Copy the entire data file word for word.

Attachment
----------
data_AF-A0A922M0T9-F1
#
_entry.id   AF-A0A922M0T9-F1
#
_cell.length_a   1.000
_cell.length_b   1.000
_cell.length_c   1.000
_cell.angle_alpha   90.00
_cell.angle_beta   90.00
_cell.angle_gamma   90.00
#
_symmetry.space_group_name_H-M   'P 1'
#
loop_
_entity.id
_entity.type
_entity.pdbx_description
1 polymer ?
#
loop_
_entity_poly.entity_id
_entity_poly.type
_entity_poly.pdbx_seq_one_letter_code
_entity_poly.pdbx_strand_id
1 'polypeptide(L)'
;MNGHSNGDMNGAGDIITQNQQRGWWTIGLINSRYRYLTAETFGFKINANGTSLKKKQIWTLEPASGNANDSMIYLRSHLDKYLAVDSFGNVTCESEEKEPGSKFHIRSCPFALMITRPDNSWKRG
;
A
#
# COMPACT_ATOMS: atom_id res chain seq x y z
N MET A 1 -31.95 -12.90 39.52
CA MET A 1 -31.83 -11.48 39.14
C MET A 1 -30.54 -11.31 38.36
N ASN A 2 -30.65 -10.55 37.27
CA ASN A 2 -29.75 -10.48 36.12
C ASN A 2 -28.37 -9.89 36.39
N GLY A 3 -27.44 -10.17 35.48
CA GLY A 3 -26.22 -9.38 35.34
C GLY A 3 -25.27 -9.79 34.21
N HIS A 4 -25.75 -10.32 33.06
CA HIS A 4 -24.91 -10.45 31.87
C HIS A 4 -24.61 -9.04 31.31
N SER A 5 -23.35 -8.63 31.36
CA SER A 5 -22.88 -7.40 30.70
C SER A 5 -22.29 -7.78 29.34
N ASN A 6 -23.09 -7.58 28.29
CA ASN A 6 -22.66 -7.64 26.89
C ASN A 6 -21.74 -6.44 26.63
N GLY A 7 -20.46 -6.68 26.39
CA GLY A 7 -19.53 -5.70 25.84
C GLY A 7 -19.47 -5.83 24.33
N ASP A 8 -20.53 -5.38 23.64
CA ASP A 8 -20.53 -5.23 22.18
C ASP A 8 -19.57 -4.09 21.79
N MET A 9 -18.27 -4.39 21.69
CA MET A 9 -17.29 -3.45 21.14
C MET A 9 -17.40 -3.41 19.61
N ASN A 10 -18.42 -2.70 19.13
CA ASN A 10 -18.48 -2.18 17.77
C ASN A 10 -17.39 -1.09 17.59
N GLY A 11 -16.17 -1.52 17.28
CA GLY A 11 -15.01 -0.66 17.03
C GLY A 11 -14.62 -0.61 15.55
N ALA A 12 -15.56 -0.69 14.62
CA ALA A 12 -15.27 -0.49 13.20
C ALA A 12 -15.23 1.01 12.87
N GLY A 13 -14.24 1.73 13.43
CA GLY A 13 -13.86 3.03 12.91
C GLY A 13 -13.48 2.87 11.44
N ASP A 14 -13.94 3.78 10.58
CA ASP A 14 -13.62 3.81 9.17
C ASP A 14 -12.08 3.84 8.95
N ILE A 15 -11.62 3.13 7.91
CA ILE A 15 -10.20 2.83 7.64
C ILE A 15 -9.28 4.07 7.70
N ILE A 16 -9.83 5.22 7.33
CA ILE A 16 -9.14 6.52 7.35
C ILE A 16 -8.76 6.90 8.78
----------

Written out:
data_AF-A0A922M0T9-F1
#
_entry.id   AF-A0A922M0T9-F1
#
_cell.length_a   1.000
_cell.length_b   1.000
_cell.length_c   1.000
_cell.angle_alpha   90.00
_cell.angle_beta   90.00
_cell.angle_gamma   90.00
#
_symmetry.space_group_name_H-M   'P 1'
#
loop_
_entity.id
_entity.type
_entity.pdbx_description
1 polymer ?
#
loop_
_entity_poly.entity_id
_entity_poly.type
_entity_poly.pdbx_seq_one_letter_code
_entity_poly.pdbx_strand_id
1 'polypeptide(L)'
;MNGHSNGDMNGAGDIITQNQQRGWWTIGLINSRYRYLTAETFGFKINANGTSLKKKQIWTLEPASGNANDSMIYLRSHLDKYLAVDSFGNVTCESEEKEPGSKFHIRSCPFALMITRPDNSWKRG
;
A
#
# COMPACT_ATOMS: atom_id res chain seq x y z
N MET A 1 -31.95 -12.90 39.52
CA MET A 1 -31.83 -11.48 39.14
C MET A 1 -30.54 -11.31 38.36
N ASN A 2 -30.65 -10.55 37.27
CA ASN A 2 -29.75 -10.48 36.12
C ASN A 2 -28.37 -9.89 36.39
N GLY A 3 -27.44 -10.17 35.48
CA GLY A 3 -26.22 -9.38 35.34
C GLY A 3 -25.27 -9.79 34.21
N HIS A 4 -25.75 -10.32 33.06
CA HIS A 4 -24.91 -10.45 31.87
C HIS A 4 -24.61 -9.04 31.31
N SER A 5 -23.35 -8.63 31.36
CA SER A 5 -22.88 -7.40 30.70
C SER A 5 -22.29 -7.78 29.34
N ASN A 6 -23.09 -7.58 28.29
CA ASN A 6 -22.66 -7.64 26.89
C ASN A 6 -21.74 -6.44 26.63
N GLY A 7 -20.46 -6.68 26.39
CA GLY A 7 -19.53 -5.70 25.84
C GLY A 7 -19.47 -5.83 24.33
N ASP A 8 -20.53 -5.38 23.64
CA ASP A 8 -20.53 -5.23 22.18
C ASP A 8 -19.57 -4.09 21.79
N MET A 9 -18.27 -4.39 21.69
CA MET A 9 -17.29 -3.45 21.14
C MET A 9 -17.40 -3.41 19.61
N ASN A 10 -18.42 -2.70 19.13
CA ASN A 10 -18.48 -2.18 17.77
C ASN A 10 -17.39 -1.09 17.59
N GLY A 11 -16.17 -1.52 17.28
CA GLY A 11 -15.01 -0.66 17.03
C GLY A 11 -14.62 -0.61 15.55
N ALA A 12 -15.56 -0.69 14.62
CA ALA A 12 -15.27 -0.49 13.20
C ALA A 12 -15.23 1.01 12.87
N GLY A 13 -14.24 1.73 13.43
CA GLY A 13 -13.86 3.03 12.91
C GLY A 13 -13.48 2.87 11.44
N ASP A 14 -13.94 3.78 10.58
CA ASP A 14 -13.62 3.81 9.17
C ASP A 14 -12.08 3.84 8.95
N ILE A 15 -11.62 3.13 7.91
CA ILE A 15 -10.20 2.83 7.64
C ILE A 15 -9.28 4.07 7.70
N ILE A 16 -9.83 5.22 7.33
CA ILE A 16 -9.14 6.52 7.35
C ILE A 16 -8.76 6.90 8.78